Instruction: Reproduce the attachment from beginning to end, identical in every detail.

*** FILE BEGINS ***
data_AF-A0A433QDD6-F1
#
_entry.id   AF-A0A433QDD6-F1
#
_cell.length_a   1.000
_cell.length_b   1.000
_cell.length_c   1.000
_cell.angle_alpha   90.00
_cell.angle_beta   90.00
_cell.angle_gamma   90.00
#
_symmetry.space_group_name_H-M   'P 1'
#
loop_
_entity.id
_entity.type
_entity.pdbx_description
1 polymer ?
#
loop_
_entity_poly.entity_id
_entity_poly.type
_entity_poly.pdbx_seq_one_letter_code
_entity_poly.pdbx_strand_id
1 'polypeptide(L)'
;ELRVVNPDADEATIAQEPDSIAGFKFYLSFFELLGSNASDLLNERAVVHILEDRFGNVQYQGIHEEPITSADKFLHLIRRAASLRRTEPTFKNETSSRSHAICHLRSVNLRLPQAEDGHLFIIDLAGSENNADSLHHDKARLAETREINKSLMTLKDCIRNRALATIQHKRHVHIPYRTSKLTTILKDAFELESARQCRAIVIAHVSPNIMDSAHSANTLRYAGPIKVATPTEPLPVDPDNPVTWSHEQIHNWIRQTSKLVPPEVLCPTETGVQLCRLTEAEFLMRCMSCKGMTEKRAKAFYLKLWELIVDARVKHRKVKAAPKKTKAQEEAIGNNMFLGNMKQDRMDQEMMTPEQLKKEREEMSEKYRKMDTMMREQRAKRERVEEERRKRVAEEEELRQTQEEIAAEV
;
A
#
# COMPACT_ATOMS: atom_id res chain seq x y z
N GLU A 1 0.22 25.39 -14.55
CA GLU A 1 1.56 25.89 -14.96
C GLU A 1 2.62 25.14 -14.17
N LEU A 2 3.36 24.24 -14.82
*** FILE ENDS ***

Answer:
data_AF-A0A433QDD6-F1
#
_entry.id   AF-A0A433QDD6-F1
#
_cell.length_a   1.000
_cell.length_b   1.000
_cell.length_c   1.000
_cell.angle_alpha   90.00
_cell.angle_beta   90.00
_cell.angle_gamma   90.00
#
_symmetry.space_group_name_H-M   'P 1'
#
loop_
_entity.id
_entity.type
_entity.pdbx_description
1 polymer ?
#
loop_
_entity_poly.entity_id
_entity_poly.type
_entity_poly.pdbx_seq_one_letter_code
_entity_poly.pdbx_strand_id
1 'polypeptide(L)'
;ELRVVNPDADEATIAQEPDSIAGFKFYLSFFELLGSNASDLLNERAVVHILEDRFGNVQYQGIHEEPITSADKFLHLIRRAASLRRTEPTFKNETSSRSHAICHLRSVNLRLPQAEDGHLFIIDLAGSENNADSLHHDKARLAETREINKSLMTLKDCIRNRALATIQHKRHVHIPYRTSKLTTILKDAFELESARQCRAIVIAHVSPNIMDSAHSANTLRYAGPIKVATPTEPLPVDPDNPVTWSHEQIHNWIRQTSKLVPPEVLCPTETGVQLCRLTEAEFLMRCMSCKGMTEKRAKAFYLKLWELIVDARVKHRKVKAAPKKTKAQEEAIGNNMFLGNMKQDRMDQEMMTPEQLKKEREEMSEKYRKMDTMMREQRAKRERVEEERRKRVAEEEELRQTQEEIAAEV
;
A
#
# COMPACT_ATOMS: atom_id res chain seq x y z
N GLU A 1 0.22 25.39 -14.55
CA GLU A 1 1.56 25.89 -14.96
C GLU A 1 2.62 25.14 -14.17
N LEU A 2 3.36 24.24 -14.82